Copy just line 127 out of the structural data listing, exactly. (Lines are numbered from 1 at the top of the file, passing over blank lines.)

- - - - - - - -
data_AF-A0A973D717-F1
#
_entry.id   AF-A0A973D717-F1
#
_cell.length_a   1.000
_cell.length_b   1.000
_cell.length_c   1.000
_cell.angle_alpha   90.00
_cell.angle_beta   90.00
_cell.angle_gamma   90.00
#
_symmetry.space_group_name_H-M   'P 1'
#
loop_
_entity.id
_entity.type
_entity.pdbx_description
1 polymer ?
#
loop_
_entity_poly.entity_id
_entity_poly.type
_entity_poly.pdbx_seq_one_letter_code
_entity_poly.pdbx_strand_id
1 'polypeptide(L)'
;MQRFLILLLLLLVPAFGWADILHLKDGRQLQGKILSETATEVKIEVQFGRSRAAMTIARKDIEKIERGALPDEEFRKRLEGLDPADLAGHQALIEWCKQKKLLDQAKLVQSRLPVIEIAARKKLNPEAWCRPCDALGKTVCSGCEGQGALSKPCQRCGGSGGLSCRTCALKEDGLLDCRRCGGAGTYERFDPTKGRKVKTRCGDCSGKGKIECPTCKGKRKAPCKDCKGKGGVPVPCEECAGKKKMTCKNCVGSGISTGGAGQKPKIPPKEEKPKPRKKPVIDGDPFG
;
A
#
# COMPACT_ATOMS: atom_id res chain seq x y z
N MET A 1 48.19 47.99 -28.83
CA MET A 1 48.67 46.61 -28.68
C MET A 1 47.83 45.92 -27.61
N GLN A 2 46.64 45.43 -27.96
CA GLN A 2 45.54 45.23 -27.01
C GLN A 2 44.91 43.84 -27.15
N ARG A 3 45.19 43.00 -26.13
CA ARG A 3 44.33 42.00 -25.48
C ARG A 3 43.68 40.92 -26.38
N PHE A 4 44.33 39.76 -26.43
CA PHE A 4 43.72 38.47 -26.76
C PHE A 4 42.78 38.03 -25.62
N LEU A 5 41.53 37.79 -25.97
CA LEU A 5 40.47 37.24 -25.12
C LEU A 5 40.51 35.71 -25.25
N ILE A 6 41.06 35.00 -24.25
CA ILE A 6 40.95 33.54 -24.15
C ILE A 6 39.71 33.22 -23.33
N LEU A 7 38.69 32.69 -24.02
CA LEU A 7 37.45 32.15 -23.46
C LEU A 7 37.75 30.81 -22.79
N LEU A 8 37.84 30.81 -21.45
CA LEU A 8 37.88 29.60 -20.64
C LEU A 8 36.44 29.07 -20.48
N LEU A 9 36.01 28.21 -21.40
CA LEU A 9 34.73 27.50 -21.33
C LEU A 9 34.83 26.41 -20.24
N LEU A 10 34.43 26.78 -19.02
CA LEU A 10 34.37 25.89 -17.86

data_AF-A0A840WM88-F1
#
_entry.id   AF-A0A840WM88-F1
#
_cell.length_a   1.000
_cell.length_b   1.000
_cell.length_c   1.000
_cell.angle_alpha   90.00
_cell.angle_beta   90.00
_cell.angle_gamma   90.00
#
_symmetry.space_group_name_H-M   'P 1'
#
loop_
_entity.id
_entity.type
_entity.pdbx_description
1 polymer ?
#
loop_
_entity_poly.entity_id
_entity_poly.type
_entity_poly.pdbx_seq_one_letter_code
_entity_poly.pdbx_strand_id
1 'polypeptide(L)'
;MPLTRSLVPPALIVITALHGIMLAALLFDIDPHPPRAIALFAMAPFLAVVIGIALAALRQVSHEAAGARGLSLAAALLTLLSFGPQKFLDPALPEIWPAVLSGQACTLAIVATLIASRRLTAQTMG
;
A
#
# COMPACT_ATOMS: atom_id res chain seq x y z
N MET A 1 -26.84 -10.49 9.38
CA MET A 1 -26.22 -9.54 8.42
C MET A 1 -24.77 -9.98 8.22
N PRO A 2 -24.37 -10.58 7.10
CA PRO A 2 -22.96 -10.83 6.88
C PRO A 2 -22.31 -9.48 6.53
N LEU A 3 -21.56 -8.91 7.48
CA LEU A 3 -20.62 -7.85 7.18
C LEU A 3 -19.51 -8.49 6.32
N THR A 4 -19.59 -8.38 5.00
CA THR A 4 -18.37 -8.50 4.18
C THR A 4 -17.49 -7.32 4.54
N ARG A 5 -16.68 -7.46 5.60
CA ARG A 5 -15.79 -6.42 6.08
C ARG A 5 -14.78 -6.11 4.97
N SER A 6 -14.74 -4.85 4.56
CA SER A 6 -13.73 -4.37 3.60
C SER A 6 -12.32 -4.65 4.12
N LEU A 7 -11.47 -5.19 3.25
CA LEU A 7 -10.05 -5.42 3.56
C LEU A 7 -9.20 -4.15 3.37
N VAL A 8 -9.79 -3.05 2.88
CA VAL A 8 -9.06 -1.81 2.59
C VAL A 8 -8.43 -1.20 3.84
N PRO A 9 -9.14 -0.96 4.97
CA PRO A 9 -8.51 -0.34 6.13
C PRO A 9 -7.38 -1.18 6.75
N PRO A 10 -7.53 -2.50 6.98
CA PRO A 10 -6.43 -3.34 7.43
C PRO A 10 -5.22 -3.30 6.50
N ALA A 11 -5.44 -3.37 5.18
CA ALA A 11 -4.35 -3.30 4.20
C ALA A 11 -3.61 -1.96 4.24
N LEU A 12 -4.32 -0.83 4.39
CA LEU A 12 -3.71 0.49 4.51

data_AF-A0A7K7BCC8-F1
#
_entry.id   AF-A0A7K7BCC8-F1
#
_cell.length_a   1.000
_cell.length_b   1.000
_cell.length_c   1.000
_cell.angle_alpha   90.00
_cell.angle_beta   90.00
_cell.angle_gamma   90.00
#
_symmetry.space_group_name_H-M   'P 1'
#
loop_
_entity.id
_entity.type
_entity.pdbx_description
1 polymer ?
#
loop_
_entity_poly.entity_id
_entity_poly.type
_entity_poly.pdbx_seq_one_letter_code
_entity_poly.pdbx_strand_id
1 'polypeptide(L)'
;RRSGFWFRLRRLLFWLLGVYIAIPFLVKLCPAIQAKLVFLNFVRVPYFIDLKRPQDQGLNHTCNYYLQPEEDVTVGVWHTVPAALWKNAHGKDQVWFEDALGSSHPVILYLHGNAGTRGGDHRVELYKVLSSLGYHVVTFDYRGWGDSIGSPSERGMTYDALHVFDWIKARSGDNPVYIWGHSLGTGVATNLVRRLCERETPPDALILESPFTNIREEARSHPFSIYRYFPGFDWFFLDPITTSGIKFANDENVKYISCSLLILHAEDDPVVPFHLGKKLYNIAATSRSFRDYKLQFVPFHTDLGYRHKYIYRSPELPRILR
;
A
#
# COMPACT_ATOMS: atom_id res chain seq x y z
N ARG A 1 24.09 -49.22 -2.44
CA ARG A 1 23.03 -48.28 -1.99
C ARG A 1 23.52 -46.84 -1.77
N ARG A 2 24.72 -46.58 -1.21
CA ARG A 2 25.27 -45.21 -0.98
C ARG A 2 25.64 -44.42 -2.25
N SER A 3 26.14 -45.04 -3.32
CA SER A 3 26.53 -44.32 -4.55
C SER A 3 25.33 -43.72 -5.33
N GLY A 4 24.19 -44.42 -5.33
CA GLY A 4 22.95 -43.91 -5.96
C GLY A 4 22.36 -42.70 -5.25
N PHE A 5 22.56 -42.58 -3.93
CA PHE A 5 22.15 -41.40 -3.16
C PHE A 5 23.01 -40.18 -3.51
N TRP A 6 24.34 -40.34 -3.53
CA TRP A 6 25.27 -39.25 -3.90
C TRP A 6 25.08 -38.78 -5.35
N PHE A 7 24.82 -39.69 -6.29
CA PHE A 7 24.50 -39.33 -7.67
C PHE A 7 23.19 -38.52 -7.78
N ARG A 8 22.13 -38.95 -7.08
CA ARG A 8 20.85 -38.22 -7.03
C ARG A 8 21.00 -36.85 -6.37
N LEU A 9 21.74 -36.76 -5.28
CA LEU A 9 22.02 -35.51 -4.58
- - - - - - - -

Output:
_entry.id   AF-A0A7K7BCC8-F1